Future of bookstore umbrellas uncertain after injury to student

Bookstore officials have not decided what to do, if anything, with the umbrellas in the patio area of the university bookstore after a female student was injured by one before spring break.

On March 11, the student, whose named was withheld by campus police on a police report, was struck on the head when wind knocked one of the bookstore’s outdoor umbrellas loose, said Roman Coronado, bookstore textbook manager.

Freshman pre-major Irene Sanchez, a friend of the woman injured, said she witnessed the incident while the two were sitting in the patio area outside the store. Sanchez said the wind picked up abruptly, causing an umbrella from another table to come out of its base and fly toward them.

“I just remember looking up, and (the umbrella) hit her,” Sanchez said.

Although store managers were in the store at the time of the incident, Coronado said he did not believe any employees witnessed the incident as it occurred.

According to the police report, TCU Police dispatched crews from the Fort Worth Fire Department and MedStar after a call came from the bookstore in response to the incident. The MedStar crew transported the student to Harris Methodist Hospital downtown.

Coronado said the student appeared shaken up after the accident, but she was conscious.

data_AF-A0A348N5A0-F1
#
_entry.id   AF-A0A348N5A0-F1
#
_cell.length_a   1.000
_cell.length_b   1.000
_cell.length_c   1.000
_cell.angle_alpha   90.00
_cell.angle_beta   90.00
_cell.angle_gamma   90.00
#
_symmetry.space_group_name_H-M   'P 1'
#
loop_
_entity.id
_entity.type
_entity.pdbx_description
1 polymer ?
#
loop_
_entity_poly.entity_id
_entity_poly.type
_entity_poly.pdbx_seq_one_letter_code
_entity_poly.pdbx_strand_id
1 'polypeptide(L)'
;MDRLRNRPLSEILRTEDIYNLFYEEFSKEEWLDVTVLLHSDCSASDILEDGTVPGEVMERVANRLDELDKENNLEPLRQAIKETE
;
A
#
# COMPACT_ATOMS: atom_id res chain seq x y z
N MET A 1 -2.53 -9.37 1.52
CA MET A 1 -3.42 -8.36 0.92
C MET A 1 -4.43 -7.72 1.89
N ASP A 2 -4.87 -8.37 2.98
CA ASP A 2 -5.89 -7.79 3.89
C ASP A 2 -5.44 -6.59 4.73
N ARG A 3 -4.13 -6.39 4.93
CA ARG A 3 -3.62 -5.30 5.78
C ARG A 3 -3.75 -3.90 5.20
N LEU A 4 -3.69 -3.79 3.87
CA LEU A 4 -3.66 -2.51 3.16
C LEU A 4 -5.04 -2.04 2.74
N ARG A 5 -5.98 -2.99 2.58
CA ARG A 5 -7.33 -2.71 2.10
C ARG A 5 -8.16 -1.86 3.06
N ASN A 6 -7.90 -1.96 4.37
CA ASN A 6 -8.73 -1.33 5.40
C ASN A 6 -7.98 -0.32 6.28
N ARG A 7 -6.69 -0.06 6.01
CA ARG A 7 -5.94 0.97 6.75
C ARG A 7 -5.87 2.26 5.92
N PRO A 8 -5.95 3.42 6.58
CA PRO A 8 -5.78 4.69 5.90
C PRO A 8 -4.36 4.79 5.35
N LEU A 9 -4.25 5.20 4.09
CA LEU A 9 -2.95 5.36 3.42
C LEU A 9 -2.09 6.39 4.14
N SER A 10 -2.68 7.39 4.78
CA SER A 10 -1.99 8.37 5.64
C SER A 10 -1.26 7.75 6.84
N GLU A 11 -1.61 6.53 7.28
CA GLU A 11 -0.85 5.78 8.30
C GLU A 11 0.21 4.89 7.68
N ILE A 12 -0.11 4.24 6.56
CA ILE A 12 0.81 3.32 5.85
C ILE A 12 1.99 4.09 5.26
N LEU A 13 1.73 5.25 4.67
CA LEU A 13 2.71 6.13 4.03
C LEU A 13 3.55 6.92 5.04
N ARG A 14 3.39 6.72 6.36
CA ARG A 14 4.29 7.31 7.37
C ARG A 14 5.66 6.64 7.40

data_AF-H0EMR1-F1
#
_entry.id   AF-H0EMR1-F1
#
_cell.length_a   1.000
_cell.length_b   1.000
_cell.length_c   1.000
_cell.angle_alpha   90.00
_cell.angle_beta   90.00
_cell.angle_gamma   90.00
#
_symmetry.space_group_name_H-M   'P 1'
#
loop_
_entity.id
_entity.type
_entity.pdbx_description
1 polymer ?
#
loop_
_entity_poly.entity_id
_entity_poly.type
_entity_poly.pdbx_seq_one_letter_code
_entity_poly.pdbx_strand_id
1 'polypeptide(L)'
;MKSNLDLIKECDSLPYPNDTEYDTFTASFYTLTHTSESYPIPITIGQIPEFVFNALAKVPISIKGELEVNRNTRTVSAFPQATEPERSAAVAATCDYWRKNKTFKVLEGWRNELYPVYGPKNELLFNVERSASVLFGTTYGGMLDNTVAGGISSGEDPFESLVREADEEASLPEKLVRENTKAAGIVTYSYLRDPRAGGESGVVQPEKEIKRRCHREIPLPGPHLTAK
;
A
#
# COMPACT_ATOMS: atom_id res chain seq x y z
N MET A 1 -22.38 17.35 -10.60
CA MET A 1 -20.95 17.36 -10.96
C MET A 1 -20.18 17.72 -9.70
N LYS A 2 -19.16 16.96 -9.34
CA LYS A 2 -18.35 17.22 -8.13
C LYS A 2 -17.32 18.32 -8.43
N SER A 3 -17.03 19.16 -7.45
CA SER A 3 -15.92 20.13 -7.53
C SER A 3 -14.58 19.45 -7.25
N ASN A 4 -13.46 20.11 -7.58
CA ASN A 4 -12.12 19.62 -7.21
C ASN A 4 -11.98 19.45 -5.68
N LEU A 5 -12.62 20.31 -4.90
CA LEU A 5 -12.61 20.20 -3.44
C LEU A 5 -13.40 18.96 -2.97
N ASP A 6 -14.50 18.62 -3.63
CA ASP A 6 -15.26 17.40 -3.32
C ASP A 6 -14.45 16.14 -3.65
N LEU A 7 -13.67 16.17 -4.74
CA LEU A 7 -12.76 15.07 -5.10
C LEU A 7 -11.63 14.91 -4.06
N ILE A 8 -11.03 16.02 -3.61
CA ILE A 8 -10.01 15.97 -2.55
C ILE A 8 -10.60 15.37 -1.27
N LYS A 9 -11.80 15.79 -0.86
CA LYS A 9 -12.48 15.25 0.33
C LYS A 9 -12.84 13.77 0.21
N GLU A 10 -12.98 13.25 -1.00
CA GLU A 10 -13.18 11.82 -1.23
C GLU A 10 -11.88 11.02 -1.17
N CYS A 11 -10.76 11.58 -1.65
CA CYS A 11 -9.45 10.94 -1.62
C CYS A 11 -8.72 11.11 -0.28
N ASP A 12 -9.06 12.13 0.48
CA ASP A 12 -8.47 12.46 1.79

The student’s injury was treated with stitches, but she was released from the hospital later that day, Sanchez said.

Coronado said he was confused how the accident could have occurred given the direction the wind was blowing that day.

“It was sort of just like a freak incident because, if I remember correctly, the wind was coming from the west,” Coronado said. “It would have had to sweep the umbrella up from the bottom and blow it to the east. It was kind of confusing, even if it blew it out, it had to fishtail somehow to hit the girl. No one actually understood how it happened, but it’s the fact that it did happen.”

The umbrellas outside the bookstore are weighted into the tables outside using a screw at the base of the table, Coronado said.

Some umbrellas still remain outside the bookstore, but are not opened, Coronado said. He said he was unsure whether the bookstore planned to further weigh down the umbrellas or if doing so would be possible.

Coronado said the bookstore’s general manager, Llisa Lewis, attempted to contact the student the day after the incident to check on her, but could not get in touch with her.

Lewis said when store managers were unable to reach the student over spring break, both Barnes & Noble and the university contacted her to make sure she was all right.

Sanchez said the injured student has since had the stitches removed and is doing well. She said she did not believe her friend is planning on filing any kind of legal action against university bookstore or the university.